There are certain things we say so frequently about the destruction of the Lower Hill that they become almost ritual, and for many statements, the repetition is justified. Misguided development displaced 8,000 people and destroyed 1,300 buildings on 28 acres. With a few wide but ghostly streets and no actual buildings currently going in, those facts are continually instructive about why we’ve had a mess for 60 years and why it’s taking so long to rebuild. Arguably, you can’t say them often enough.
But then there is the statement, “We need to reconnect the Lower Hill with Downtown.” In discussions about improving the fate of the Hill, and how to repair and rebuild, that assertion has emerged frequently. Specifically, it’s featured in the Lower Hill Land Development Plan of September 2014. The plan, produced with Urban Design Associates, LaQuatra Bonci Landscape Architects and Trans Associates Engineers for the city’s Sports & Exhibition Authority and Urban Redevelopment Authority, is essentially the guide to rebuilding the Lower Hill.
Unfortunately, we seem to have lost sight of what reconnecting really means. The timing is particularly unfortunate, because the SEA just received $19 million in federal funds to construct a concrete cap over the portion of I-579 between Centre Avenue and Bigelow Boulevard under precisely the premise of reconnecting the Hill with Downtown. Weeks earlier, LaQuatra Bonci had released a proposed design scheme for the park to be situated on that cap.
LaQuatra Bonci has led a multi-phase, open and responsive community process to develop its design, and the initial proposals present aesthetically pleasing and urbanistically useful elements. And prominent Hill figures including Pittsburgh City Councilor Daniel Lavelle and Hill CDC President Marimba Milliones have spoken in favor of the highway cap.
Unfortunately, the very premise of the highway cap does not hold up under scrutiny.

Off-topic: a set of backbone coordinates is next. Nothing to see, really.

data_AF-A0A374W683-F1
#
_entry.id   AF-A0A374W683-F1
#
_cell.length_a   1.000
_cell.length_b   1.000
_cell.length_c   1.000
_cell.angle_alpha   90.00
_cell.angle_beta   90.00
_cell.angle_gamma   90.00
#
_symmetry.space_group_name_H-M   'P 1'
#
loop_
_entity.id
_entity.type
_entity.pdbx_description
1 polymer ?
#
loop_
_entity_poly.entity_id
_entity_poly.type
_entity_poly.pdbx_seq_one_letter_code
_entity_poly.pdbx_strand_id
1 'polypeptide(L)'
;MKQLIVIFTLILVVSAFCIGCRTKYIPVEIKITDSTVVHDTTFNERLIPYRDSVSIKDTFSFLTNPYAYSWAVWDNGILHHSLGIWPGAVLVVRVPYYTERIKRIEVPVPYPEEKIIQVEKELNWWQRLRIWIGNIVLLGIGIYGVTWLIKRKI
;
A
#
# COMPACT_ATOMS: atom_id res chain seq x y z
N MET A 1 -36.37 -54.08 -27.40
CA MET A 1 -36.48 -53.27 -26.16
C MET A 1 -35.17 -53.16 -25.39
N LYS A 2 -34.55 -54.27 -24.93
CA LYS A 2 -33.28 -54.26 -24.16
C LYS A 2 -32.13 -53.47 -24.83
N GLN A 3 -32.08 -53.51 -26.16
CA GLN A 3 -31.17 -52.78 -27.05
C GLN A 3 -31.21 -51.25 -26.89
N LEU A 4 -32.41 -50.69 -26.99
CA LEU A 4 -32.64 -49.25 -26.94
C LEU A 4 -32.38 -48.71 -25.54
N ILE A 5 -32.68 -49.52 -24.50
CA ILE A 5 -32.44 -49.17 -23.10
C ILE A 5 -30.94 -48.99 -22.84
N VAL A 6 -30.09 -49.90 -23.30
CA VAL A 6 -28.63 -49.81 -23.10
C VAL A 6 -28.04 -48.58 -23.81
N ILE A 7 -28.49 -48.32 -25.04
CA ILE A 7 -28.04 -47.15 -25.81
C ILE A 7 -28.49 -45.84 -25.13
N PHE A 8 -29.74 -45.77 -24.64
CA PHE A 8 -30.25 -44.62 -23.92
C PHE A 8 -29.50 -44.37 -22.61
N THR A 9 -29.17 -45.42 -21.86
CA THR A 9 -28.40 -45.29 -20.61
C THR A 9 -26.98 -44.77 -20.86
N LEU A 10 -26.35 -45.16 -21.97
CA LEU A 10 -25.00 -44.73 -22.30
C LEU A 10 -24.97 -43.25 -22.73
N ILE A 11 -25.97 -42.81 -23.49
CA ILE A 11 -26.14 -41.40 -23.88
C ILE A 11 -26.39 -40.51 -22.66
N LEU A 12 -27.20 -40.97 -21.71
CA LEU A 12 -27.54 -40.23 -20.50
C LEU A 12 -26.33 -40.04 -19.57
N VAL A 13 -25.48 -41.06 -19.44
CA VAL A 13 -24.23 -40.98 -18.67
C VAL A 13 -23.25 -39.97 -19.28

On one hand, the connection that’s sought already exists. You can already walk down either Centre or Bedford from the Hill into Downtown.
Covering a space between the two bridges with a big plane of landscape will be a slight improvement, but let’s be real. The great tangle of highways, compounded by the fortress-like remove of the USX Tower and Marriott City Center, mean that though it will always be possible to get there, it will always be dehumanizing, too.
The proposed park would look over the highway on two sides. On a third, it will face the unremitting Chatham Street wall of the Doubletree Hilton (with its own forlorn strip of greenspace). On the fourth, it will face a still-undeveloped parcel of the Lower Hill for which, someday, maybe, there will be a building, across the daunting intersection of Washington Place.
If you were teaching urban design to fourth-graders, you would tell them that the more long blank walls, fast roads and inaccessible garages you have surrounding your public space, the less successful it will be. Somehow, Pittsburgh’s great minds of urban design have lost sight of this handy rule and insisted on a new park in a place with astonishingly bad connectivity.
Also, it looks really bad to secure $19 million to build open concrete space next to your already vast open concrete space when your affordable-housing component in the nearby Lower Hill is stalled because of insufficient funds. Granted, one is a federally funded highway project, and the adjacent property is being developed separately by the Penguins. But the appearance is shameful.
Meanwhile, two instructive developments are progressing in the Hill, east of Crawford Street, away from the Penguins development site. The August Wilson House is undergoing a substantial renovation as a small arts center. Already, a production of the famed playwright’s Seven Guitars is being staged in the backyard of the house, where it is actually set.
Around the corner, the August Wilson Park reopened on Saturday. Formerly Cliffside Park, the small neighborhood greenspace with playground equipment and a majestic view over the Allegheny is already in use.
Both of these projects are notably smaller and less costly than the highway cap. Both are demonstrably effective now, with an emphasis on people already in place. Both derive from understanding what communities and resources in the Hill really are.
The real reconnection that needs to take place is of the Hill with itself. This is the gist of the 2009 Hill Greenprint, sponsored by groups including the Hill House Association and the Hill District Consensus Group. It’s also the implicit goal of a variety of groups and organizations at work on projects east of Crawford Avenue every day.
The biggest tragedy of the highway cap is not simply that it will be hugely ineffective, though that will be true. The problem is that in the name of reconnection, it actually directs resources away from the Hill, not toward it, where much smaller sums seem to produce compelling results much more efficiently.